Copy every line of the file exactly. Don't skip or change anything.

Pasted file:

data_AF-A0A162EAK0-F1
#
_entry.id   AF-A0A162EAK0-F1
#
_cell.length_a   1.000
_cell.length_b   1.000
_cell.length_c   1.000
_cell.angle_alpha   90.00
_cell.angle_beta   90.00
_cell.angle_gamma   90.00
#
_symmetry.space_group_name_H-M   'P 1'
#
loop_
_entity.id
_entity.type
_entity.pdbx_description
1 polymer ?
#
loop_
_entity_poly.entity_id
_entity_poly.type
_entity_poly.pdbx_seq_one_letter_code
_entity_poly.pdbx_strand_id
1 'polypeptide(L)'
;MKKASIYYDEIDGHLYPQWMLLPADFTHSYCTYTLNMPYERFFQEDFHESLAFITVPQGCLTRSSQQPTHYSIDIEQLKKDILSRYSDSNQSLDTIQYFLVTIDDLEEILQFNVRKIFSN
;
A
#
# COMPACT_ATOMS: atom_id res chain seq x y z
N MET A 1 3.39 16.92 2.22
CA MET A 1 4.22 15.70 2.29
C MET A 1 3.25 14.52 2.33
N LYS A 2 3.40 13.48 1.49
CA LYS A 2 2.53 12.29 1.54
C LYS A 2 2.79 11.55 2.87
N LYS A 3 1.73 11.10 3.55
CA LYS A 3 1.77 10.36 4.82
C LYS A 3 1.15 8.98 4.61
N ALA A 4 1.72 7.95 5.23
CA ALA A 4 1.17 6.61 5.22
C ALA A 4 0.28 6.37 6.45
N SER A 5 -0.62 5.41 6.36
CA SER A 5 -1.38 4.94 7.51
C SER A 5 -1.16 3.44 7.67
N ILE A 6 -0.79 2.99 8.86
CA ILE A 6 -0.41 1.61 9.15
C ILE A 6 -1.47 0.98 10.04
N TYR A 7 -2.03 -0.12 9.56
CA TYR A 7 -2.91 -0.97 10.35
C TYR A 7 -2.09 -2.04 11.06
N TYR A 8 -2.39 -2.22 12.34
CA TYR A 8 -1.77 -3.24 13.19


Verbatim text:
data_AF-A0A162EAK0-F1
#
_entry.id   AF-A0A162EAK0-F1
#
_cell.length_a   1.000
_cell.length_b   1.000
_cell.length_c   1.000
_cell.angle_alpha   90.00
_cell.angle_beta   90.00
_cell.angle_gamma   90.00
#
_symmetry.space_group_name_H-M   'P 1'
#
loop_
_entity.id
_entity.type
_entity.pdbx_description
1 polymer ?
#
loop_
_entity_poly.entity_id
_entity_poly.type
_entity_poly.pdbx_seq_one_letter_code
_entity_poly.pdbx_strand_id
1 'polypeptide(L)'
;MKKASIYYDEIDGHLYPQWMLLPADFTHSYCTYTLNMPYERFFQEDFHESLAFITVPQGCLTRSSQQPTHYSIDIEQLKKDILSRYSDSNQSLDTIQYFLVTIDDLEEILQFNVRKIFSN
;
A
#
# COMPACT_ATOMS: atom_id res chain seq x y z
N MET A 1 3.39 16.92 2.22
CA MET A 1 4.22 15.70 2.29
C MET A 1 3.25 14.52 2.33
N LYS A 2 3.40 13.48 1.49
CA LYS A 2 2.53 12.29 1.54
C LYS A 2 2.79 11.55 2.87
N LYS A 3 1.73 11.10 3.55
CA LYS A 3 1.77 10.36 4.82
C LYS A 3 1.15 8.98 4.61
N ALA A 4 1.72 7.95 5.23
CA ALA A 4 1.17 6.61 5.22
C ALA A 4 0.28 6.37 6.45
N SER A 5 -0.62 5.41 6.36
CA SER A 5 -1.38 4.94 7.51
C SER A 5 -1.16 3.44 7.67
N ILE A 6 -0.79 2.99 8.86
CA ILE A 6 -0.41 1.61 9.15
C ILE A 6 -1.47 0.98 10.04
N TYR A 7 -2.03 -0.12 9.56
CA TYR A 7 -2.91 -0.97 10.35
C TYR A 7 -2.09 -2.04 11.06
N TYR A 8 -2.39 -2.22 12.34
CA TYR A 8 -1.77 -3.24 13.19